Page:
With the trails and route still being defined when Eddie O'dea set out to become the first person to complete the new 6,000 mile Eastern Divide Mountain Bike Trail, it was sure to be an adventure. And it was. But after almost three months, 6,223 miles, and 425,967 feet of climbing, he made the self-supported trip from Newfoundland, Canada, to Key West, Florida, on his mountain bike. In this interview, we talk about the experience, the bike and gear he used, and how in the world to plan something so ambitious. You can check out the route, download details and maps, and get more info about the Eastern Divide Trail at Bikepacking.com. And check out Eddie's cycling performance services at CycleTechniques.com. If you'd like to donate to the charity he rode for, head over to GeorgiaCycling.org. And for more pics and details on his bike and the route, check out our story about his ride, too. WANT MORE? Find the Bikerumor Podcast on Apple Podcasts, Stitcher, Podbean, and through RSS, or wherever you listen to podcasts! Can't find it? Let us know which players you use so we can get them up to speed! And let us know who you want us to interview. Click that PODCAST link in the menu and send in your suggestions! Hit like, hit subscribe, and hit play. Then just get out and ride! FOLLOW BIKERUMOR Keep tabs on all the latest bikes, wheels, components, gear and tech on The World's Largest Cycling Tech Blog by following us on Facebook, Twitter and Instagram. FOLLOW TYLER Like us? Love us? Follow your host, Tyler Benedict, on Twitter, Instagram and LinkedIn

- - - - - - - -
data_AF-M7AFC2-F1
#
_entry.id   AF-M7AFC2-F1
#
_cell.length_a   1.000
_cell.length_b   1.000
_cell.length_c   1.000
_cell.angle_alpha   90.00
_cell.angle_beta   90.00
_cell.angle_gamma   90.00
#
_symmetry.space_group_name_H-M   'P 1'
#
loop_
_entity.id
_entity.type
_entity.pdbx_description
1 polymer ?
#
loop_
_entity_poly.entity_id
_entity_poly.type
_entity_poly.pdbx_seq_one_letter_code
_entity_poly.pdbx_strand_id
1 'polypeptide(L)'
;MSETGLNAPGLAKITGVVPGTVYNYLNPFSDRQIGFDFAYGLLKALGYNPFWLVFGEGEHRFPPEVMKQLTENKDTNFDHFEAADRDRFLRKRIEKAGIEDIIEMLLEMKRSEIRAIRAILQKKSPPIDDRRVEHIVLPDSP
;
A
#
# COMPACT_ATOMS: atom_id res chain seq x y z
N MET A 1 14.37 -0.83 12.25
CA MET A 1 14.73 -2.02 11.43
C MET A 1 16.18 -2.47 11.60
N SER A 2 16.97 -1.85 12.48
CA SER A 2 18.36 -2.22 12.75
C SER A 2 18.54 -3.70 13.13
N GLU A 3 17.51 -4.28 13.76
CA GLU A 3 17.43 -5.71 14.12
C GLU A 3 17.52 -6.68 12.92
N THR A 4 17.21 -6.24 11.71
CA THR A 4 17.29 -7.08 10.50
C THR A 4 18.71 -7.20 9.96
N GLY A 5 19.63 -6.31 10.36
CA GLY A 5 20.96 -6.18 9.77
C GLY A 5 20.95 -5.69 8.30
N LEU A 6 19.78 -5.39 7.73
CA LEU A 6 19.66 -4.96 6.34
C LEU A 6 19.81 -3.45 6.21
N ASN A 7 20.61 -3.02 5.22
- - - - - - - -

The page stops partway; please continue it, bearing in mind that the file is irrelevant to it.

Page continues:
The WoodSongs Old-Time Radio Hour Podcast
WoodSongs #1056: Andrew Farriss Band and Fortunate Ones

The WoodSongs Old-Time Radio Hour Podcast

Play Episode Listen Later Nov 14, 2022 59:00


ANDREW FARRISS is one of Australia's greatest songwriters and a co-founder and main songwriter for multi award winning band INXS. Andrew has spent time writing in Nashville and Australia for the last 10 years, before pursuing a solo career. His new EP, THE LOVE MAKES THE WORLD, will be released in October. FORTUNATE ONES is a Canadian indie folk duo from St. John's, Newfoundland, consisting of Andrew James O'Brien and Catherine Allan. Both sing lead vocals, while James plays guitar, and Catherine plays accordion and keyboards. Their album THE BLISS won the Canadian Folk Music Award for Vocal Group of the Year. Their latest album THAT WAS YOU AND ME was released this summer. Kyle Yang is a 13 year old classical pianist from Lexington, KY.

corpSonore - sound, body, wellness
Interview with Patrick Cashin

corpSonore - sound, body, wellness

Play Episode Listen Later Nov 14, 2022 47:32